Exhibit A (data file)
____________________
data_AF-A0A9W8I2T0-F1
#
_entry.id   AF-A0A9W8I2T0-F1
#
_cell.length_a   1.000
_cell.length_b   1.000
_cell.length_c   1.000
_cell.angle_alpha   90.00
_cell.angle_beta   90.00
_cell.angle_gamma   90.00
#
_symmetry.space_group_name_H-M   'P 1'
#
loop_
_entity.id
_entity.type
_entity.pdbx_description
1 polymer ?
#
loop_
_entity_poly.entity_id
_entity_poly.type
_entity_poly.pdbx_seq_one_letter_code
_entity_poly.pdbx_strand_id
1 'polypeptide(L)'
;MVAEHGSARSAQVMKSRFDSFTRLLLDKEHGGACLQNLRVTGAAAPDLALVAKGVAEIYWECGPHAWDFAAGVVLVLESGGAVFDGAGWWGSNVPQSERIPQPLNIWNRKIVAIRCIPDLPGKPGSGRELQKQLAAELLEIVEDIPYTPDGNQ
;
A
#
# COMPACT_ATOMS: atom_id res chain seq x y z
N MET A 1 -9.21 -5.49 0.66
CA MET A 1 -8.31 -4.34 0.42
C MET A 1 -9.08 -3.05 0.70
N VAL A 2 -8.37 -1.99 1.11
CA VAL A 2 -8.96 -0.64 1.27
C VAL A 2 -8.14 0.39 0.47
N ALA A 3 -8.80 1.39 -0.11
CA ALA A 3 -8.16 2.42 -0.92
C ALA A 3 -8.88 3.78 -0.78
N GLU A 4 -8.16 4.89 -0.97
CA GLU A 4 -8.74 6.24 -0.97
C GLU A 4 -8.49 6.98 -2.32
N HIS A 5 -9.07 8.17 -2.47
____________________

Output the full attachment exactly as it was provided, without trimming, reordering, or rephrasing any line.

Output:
data_AF-A0A9W8I2T0-F1
#
_entry.id   AF-A0A9W8I2T0-F1
#
_cell.length_a   1.000
_cell.length_b   1.000
_cell.length_c   1.000
_cell.angle_alpha   90.00
_cell.angle_beta   90.00
_cell.angle_gamma   90.00
#
_symmetry.space_group_name_H-M   'P 1'
#
loop_
_entity.id
_entity.type
_entity.pdbx_description
1 polymer ?
#
loop_
_entity_poly.entity_id
_entity_poly.type
_entity_poly.pdbx_seq_one_letter_code
_entity_poly.pdbx_strand_id
1 'polypeptide(L)'
;MVAEHGSARSAQVMKSRFDSFTRLLLDKEHGGACLQNLRVTGAAAPDLALVAKGVAEIYWECGPHAWDFAAGVVLVLESGGAVFDGAGWWGSNVPQSERIPQPLNIWNRKIVAIRCIPDLPGKPGSGRELQKQLAAELLEIVEDIPYTPDGNQ
;
A
#
# COMPACT_ATOMS: atom_id res chain seq x y z
N MET A 1 -9.21 -5.49 0.66
CA MET A 1 -8.31 -4.34 0.42
C MET A 1 -9.08 -3.05 0.70
N VAL A 2 -8.37 -1.99 1.11
CA VAL A 2 -8.96 -0.64 1.27
C VAL A 2 -8.14 0.39 0.47
N ALA A 3 -8.80 1.39 -0.11
CA ALA A 3 -8.16 2.42 -0.92
C ALA A 3 -8.88 3.78 -0.78
N GLU A 4 -8.16 4.89 -0.97
CA GLU A 4 -8.74 6.24 -0.97
C GLU A 4 -8.49 6.98 -2.32
N HIS A 5 -9.07 8.17 -2.47